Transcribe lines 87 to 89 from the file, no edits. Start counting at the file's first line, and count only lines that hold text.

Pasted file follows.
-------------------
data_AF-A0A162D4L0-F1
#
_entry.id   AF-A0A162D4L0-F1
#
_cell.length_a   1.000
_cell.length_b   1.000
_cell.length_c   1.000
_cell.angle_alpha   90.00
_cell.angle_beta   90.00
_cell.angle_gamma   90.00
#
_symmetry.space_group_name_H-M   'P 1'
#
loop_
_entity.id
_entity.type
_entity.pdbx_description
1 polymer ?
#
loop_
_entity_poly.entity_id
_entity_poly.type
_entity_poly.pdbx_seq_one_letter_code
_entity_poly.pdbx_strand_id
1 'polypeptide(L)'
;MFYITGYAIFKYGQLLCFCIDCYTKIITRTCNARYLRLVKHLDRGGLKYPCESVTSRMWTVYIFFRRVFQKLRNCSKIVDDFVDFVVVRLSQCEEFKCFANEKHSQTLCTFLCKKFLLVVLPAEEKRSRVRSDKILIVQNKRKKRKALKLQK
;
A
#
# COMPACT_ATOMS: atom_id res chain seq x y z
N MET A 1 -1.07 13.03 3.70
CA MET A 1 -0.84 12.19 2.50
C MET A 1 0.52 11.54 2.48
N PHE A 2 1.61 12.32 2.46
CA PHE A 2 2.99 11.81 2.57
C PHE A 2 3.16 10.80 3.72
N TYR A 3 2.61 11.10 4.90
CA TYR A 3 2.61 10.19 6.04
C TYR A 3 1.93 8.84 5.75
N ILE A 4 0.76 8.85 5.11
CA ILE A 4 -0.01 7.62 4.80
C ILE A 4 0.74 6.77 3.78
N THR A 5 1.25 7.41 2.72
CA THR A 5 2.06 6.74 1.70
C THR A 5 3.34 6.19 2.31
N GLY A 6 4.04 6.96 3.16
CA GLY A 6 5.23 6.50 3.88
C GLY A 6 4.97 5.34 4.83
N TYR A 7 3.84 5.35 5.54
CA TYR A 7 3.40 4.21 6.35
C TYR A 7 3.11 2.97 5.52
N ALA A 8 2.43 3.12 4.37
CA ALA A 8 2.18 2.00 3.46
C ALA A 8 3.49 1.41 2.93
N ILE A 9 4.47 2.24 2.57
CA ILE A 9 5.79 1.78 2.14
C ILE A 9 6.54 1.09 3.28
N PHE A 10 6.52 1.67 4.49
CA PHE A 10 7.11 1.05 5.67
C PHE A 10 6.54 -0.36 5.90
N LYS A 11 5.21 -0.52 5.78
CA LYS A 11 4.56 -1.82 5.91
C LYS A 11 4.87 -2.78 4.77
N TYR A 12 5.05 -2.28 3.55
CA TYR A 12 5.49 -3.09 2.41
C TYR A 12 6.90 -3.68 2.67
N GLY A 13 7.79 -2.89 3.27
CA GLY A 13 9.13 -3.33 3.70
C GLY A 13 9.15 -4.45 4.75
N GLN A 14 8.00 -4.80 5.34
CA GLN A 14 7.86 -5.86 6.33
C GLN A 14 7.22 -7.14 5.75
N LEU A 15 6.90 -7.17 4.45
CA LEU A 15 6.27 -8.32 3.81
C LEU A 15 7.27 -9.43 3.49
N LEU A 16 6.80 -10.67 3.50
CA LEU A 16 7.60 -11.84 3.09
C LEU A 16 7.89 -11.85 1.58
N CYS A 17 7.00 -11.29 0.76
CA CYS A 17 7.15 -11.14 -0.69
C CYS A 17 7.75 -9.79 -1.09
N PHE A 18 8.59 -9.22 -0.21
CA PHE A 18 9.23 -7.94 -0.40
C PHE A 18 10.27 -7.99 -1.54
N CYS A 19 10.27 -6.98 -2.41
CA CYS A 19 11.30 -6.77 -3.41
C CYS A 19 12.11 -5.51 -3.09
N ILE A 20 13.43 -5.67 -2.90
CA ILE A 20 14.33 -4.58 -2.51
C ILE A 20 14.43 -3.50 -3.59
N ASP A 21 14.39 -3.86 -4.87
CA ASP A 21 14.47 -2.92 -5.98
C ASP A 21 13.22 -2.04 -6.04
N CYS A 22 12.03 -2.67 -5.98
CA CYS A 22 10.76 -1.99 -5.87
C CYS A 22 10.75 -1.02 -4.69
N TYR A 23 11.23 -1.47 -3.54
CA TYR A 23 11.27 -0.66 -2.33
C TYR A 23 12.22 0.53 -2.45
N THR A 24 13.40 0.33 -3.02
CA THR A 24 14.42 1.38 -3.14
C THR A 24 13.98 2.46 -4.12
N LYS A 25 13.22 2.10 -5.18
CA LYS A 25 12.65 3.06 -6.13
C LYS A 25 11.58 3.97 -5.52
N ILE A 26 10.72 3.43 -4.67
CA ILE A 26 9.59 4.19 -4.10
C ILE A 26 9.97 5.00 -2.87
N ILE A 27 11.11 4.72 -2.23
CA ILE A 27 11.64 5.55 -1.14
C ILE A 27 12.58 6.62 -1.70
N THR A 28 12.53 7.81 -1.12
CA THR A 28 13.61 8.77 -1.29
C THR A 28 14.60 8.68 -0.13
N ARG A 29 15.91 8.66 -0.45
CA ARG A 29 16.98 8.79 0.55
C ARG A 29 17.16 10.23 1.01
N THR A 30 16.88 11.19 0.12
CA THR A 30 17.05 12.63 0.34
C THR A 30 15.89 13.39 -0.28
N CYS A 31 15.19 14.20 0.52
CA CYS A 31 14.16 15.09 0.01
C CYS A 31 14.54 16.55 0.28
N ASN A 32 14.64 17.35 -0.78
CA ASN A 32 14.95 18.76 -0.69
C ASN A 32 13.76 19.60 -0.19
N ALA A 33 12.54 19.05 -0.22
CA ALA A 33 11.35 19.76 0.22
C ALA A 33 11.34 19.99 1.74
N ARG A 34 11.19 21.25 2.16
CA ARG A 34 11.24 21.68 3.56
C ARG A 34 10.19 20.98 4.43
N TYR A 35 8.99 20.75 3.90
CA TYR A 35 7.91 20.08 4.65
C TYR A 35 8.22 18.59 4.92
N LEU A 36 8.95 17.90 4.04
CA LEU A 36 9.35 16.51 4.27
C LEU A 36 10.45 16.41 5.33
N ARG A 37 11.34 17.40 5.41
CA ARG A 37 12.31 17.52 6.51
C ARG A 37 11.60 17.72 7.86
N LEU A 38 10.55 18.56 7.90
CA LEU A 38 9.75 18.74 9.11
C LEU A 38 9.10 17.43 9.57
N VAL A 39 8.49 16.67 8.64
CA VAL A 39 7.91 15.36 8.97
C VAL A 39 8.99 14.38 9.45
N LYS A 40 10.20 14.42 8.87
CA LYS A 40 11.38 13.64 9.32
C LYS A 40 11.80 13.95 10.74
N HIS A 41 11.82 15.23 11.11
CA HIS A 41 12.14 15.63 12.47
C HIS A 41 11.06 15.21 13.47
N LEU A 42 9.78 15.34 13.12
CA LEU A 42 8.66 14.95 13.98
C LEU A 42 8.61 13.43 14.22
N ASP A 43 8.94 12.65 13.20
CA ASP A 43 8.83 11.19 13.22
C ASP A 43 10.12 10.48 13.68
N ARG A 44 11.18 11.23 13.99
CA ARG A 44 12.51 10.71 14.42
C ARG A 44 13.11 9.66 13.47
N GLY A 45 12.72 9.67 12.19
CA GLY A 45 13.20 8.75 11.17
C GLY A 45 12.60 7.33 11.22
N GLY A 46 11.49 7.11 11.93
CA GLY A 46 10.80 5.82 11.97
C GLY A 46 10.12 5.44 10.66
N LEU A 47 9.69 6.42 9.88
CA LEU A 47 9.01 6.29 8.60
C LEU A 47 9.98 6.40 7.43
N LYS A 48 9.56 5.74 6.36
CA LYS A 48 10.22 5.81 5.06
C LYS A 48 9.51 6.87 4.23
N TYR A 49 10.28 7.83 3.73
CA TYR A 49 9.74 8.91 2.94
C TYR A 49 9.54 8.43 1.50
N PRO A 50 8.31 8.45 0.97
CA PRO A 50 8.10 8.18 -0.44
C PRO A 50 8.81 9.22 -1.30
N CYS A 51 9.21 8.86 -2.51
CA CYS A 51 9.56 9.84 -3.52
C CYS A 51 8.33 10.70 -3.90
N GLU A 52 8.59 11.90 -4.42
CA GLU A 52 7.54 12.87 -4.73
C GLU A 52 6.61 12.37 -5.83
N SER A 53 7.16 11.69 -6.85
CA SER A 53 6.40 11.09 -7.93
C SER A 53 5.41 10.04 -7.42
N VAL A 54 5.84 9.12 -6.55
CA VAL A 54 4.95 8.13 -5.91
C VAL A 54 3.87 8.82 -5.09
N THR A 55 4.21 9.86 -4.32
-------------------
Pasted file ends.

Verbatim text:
C CYS A 19 12.11 -5.51 -3.09
N ILE A 20 13.43 -5.67 -2.90
CA ILE A 20 14.33 -4.58 -2.51